February 5, 2014
As you may know, I’m an avid reader. I devour especially historical accounts of any kind, because I consider lessons of history to be invaluable. As the Latin proverb says: Historia magistra vitae est—history is life’s teacher.
One of my all-time favorite books is a novel by James Clavell, Tai-pan. It’s the second book in his series of six novels known as The Asian Saga—a fictional account of historical facts.
Tai-Pan tells the story of Western, and especially British, traders at the time of the Opium Wars with China. The story starts right after the British have defeated the Chinese Empire in the First Opium War and claimed a barren island in the Pearl River delta as a British possession—Hong Kong.
Tai-Pan is actually a Cantonese term that literally means “big shot”, and was reserved strictly for top foreign businessmen and traders operating in the Chinese realm.
In the story, right after the ceremonial claim of Hong Kong, the eponymous Tai-Pan, a Scottish merchant Dirk Struan, who dominates the trade in tea, silk, and opium, receives letters and dispatches from his son Culum who has just arrived to the Orient from Scotland:
“Finally he broke the seal on his banker’s letter. He read it and exploded with rage.
“What is it?” Culum asked, frightened.
“Just an old pain. Nothing. It’s nothing.” Struan pretended to read the next dispatch while raging inwardly over the contents of the letter. Good sweet Christ!
“We regret to inform you that, inadvertently and momentarily, credit was overextended and there was a run on the bank, started by malicious rivals. Therefore we can no longer keep our doors open. The board of directors has advised we can pay sixpence on the pound. I have the honor to be, sir, your most obedient servant…”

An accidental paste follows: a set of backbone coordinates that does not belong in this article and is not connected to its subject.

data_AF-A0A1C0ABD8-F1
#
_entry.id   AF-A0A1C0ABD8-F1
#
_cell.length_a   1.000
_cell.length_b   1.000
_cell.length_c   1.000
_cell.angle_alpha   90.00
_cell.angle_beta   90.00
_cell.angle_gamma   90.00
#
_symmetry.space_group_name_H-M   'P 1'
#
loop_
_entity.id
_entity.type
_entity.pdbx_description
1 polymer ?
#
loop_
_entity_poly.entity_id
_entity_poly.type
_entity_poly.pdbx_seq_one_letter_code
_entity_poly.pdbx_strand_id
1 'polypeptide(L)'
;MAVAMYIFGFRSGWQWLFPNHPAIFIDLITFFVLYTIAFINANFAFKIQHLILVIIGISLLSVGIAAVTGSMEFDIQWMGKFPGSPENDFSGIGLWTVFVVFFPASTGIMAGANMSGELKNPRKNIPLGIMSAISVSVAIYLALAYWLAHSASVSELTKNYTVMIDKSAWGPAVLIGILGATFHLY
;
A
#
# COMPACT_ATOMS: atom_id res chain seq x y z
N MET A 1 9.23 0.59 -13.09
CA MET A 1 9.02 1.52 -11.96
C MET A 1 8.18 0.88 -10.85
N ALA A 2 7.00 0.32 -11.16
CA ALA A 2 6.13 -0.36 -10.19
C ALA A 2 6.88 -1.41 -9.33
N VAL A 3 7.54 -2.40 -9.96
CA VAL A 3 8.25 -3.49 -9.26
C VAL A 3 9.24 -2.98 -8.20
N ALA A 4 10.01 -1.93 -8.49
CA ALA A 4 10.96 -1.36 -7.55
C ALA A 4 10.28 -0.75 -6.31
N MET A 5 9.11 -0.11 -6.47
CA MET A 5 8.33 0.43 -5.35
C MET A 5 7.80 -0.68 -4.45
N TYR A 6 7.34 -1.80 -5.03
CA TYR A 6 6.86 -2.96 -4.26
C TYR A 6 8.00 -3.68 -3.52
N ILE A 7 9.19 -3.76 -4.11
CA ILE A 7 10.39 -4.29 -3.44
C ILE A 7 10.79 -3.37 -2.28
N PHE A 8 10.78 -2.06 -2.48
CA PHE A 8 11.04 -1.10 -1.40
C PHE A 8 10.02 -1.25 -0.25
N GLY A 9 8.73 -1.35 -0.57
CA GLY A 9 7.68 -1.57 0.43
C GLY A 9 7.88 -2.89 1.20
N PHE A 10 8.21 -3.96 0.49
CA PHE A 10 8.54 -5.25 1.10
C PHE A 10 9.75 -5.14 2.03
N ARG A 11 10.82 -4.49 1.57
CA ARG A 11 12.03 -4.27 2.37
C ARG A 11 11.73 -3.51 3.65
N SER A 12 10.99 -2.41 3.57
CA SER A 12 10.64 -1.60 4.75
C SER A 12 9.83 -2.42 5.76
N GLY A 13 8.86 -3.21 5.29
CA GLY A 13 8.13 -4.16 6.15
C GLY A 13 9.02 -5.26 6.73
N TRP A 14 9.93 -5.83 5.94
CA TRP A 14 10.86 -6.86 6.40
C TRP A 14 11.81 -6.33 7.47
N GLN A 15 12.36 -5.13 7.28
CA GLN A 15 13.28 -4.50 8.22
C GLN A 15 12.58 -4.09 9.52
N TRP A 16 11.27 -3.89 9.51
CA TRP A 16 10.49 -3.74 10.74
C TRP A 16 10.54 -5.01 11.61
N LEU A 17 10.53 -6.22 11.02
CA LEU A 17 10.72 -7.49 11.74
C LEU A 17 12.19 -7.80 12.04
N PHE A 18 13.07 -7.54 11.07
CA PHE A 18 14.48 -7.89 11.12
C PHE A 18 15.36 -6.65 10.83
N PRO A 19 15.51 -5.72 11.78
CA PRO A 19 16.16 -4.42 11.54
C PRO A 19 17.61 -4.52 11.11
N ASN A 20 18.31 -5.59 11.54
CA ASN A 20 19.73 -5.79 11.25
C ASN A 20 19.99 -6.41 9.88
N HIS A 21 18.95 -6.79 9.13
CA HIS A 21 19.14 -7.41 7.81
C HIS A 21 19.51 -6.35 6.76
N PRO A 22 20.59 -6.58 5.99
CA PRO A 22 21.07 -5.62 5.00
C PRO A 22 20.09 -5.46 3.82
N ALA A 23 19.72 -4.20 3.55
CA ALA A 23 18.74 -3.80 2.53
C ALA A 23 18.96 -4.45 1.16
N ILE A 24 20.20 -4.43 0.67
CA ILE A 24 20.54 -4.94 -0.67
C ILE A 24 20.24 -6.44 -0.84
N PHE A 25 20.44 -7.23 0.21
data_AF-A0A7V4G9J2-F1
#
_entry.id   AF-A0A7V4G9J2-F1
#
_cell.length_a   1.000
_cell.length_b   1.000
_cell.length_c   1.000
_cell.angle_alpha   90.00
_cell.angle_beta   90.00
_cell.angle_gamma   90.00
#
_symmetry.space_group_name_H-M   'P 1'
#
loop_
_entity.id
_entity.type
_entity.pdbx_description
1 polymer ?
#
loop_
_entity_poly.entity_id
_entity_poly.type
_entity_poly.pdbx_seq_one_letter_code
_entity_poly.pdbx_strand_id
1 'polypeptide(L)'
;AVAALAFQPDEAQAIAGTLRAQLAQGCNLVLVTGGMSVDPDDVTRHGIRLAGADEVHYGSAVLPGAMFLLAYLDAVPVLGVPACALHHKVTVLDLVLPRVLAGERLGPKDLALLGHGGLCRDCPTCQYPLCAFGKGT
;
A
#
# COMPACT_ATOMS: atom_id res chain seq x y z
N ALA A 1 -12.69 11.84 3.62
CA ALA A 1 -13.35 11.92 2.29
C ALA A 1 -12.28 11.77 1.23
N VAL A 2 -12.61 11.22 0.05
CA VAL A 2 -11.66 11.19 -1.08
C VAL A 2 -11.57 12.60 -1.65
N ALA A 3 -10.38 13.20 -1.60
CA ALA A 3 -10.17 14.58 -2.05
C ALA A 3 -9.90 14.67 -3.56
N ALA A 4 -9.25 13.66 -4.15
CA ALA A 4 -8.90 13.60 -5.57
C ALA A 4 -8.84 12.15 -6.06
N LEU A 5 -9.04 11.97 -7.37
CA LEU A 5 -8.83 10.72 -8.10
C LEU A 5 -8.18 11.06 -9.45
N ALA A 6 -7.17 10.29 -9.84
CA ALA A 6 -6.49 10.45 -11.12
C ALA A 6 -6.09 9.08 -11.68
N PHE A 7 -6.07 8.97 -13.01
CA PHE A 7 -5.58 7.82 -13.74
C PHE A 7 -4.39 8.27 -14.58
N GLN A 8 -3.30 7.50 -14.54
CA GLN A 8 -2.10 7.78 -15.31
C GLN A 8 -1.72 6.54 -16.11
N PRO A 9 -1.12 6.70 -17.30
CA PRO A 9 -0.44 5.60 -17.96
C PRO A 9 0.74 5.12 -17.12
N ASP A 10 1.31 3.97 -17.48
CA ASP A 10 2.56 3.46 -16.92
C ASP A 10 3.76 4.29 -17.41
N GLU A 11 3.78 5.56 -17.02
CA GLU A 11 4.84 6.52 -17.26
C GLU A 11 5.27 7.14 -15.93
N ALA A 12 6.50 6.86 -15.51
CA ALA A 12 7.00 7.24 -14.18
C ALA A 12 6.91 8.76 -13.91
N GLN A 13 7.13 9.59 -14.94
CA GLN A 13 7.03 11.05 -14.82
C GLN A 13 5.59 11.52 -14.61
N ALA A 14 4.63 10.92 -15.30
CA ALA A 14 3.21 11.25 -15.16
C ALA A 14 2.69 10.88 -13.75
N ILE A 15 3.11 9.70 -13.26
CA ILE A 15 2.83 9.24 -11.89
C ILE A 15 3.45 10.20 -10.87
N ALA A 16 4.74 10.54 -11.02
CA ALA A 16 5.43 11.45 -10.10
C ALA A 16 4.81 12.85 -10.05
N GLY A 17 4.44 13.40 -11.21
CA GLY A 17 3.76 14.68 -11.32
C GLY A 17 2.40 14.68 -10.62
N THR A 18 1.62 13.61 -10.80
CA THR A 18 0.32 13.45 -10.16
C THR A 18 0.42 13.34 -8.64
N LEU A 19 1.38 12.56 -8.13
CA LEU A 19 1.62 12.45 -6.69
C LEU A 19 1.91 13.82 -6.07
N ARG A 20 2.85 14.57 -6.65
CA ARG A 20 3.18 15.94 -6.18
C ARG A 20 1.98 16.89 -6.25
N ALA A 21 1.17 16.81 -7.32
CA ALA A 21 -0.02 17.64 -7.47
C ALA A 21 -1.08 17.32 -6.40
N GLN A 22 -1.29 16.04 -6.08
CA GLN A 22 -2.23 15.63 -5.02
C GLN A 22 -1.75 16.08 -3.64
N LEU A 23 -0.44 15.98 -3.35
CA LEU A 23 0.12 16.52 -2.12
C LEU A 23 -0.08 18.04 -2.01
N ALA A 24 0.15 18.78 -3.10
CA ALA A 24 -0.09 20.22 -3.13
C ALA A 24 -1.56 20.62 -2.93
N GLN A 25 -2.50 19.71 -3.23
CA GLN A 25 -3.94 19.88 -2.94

And we hold close to a million sterling of their paper. Twenty-five thousand sterling for a million, and our debts close to a million pounds. We’re bankrupt.
Great God, I warned Robb not to put all the money in one bank. Na with all the speculating that was going on in England, na when a bank could issue paper in any amount that it liked.”
Chillingly familiar, right?
A million pounds was an ENORMOUS amount of money in the 1840s. And here the biggest merchant in the Orient fell into the same trap as many people do today. He failed to recognize the risks and diversify accordingly.
He was obviously aware of the threats, but didn’t act when he had the time and opportunity to do so.
The world is not that different today.
Just last week we talked about how HSBC in the UK is restricting its customers’ access to their own money. As revolting as it seems, this is what banks with capital shortfalls and liquidity crunches do.
Another thing from Europe which has gone completely unnoticed was a hearing in the European Parliament on banking, during which the new German board member of the European Central Bank, Sabine Lautenschlaeger said that it should be possible to wind down failing eurozone banks over a weekend “before markets open in Japan on Monday.”
The threats and warning signs are there for everyone to see even today.
The question is, will you have the foresight to act and mitigate your risks beforehand, or will you end up regretting your inaction, just like the Tai-Pan?